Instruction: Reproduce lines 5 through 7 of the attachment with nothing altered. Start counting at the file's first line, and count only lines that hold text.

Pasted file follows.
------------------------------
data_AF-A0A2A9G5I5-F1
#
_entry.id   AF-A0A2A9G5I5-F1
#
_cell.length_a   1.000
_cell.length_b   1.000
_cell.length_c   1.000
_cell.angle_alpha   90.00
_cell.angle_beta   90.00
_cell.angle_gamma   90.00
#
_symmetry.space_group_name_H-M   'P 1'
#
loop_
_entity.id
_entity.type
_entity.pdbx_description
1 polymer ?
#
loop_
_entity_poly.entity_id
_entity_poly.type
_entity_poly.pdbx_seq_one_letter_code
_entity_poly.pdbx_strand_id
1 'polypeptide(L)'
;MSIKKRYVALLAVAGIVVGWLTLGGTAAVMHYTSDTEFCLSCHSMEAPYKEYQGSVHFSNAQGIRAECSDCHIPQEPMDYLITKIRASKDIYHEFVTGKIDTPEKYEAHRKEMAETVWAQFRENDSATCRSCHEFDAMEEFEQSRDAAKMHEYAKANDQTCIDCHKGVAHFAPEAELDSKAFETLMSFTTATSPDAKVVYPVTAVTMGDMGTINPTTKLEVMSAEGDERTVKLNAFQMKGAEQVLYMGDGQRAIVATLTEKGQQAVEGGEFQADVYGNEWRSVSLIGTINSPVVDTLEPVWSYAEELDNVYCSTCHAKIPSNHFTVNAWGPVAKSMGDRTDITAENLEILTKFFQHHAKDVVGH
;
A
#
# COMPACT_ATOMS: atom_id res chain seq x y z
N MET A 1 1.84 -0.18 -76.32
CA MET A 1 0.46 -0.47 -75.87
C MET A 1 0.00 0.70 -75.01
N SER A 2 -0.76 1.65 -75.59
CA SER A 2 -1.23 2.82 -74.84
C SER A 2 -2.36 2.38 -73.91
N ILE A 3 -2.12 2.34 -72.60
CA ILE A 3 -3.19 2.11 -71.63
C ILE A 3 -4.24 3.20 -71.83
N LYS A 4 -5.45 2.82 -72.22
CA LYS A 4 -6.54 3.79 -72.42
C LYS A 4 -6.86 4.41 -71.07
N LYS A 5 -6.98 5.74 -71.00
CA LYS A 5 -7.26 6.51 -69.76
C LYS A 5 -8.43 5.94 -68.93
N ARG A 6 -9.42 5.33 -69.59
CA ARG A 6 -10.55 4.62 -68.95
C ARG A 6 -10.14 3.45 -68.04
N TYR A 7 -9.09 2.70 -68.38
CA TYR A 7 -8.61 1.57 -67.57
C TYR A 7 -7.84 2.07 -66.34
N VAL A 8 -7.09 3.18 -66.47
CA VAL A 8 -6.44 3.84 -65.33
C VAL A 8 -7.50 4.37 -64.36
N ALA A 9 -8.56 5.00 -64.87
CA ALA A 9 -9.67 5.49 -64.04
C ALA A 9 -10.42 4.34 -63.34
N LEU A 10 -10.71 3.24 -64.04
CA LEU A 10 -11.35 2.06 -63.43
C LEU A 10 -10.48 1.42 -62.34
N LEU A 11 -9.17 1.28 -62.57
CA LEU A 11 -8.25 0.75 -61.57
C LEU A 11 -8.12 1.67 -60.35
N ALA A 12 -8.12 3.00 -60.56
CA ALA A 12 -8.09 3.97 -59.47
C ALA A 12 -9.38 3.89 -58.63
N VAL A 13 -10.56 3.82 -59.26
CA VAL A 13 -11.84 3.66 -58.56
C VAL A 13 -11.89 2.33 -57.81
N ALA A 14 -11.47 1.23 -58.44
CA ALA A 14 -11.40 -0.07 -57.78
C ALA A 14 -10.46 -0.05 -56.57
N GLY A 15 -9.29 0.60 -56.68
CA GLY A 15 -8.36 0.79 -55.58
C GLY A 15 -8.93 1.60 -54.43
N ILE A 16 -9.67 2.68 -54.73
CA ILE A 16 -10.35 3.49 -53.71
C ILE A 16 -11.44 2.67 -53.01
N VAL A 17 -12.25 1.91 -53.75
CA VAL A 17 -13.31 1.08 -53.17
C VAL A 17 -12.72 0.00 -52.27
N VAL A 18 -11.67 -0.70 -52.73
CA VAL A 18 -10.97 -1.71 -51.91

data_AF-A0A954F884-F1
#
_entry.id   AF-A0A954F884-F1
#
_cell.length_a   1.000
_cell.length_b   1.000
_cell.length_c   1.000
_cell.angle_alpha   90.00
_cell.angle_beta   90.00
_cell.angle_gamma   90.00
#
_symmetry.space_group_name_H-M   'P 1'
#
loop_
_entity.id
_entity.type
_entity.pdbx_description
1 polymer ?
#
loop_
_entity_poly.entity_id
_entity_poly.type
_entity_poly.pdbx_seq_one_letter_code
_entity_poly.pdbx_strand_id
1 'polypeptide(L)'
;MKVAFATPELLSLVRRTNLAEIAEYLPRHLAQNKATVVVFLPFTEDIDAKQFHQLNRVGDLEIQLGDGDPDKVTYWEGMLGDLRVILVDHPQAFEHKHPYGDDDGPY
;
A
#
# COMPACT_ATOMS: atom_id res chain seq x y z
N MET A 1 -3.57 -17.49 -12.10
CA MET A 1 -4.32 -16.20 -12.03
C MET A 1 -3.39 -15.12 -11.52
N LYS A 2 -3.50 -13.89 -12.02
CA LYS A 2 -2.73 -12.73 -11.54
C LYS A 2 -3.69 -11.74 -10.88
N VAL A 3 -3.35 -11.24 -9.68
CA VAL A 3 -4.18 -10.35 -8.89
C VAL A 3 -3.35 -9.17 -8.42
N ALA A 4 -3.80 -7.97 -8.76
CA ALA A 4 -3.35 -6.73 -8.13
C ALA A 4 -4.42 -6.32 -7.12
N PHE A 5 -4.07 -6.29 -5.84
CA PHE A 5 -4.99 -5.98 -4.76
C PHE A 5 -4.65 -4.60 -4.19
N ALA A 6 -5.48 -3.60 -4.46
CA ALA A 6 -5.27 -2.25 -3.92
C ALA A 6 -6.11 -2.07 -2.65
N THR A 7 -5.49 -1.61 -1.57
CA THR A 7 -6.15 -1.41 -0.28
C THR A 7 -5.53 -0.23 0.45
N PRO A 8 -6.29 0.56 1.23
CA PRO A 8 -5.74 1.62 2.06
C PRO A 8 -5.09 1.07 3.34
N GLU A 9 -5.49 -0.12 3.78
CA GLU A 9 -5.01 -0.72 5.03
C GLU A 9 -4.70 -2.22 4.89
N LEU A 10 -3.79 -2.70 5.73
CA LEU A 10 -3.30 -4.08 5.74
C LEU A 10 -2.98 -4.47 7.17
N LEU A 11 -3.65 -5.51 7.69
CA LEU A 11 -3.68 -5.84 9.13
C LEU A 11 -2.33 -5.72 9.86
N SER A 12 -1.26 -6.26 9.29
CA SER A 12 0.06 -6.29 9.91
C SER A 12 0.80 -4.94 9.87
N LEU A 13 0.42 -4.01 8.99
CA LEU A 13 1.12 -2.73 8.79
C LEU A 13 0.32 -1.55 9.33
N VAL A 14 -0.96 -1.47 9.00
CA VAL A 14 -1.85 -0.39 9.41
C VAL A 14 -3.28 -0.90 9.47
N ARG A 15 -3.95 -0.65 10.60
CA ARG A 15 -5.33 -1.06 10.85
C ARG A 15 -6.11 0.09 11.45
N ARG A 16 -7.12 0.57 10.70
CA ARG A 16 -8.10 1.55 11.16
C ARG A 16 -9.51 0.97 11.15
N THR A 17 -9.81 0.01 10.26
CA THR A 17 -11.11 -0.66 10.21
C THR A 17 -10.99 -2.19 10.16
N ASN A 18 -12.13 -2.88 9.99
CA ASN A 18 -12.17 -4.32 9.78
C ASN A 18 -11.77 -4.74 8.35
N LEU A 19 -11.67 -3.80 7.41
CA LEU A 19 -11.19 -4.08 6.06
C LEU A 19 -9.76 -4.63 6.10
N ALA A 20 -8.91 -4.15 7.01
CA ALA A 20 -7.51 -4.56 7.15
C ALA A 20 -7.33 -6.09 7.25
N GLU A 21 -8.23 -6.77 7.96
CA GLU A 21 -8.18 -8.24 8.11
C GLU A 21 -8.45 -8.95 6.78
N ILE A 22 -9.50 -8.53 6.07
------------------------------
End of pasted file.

_cell.length_a   1.000
_cell.length_b   1.000
_cell.length_c   1.000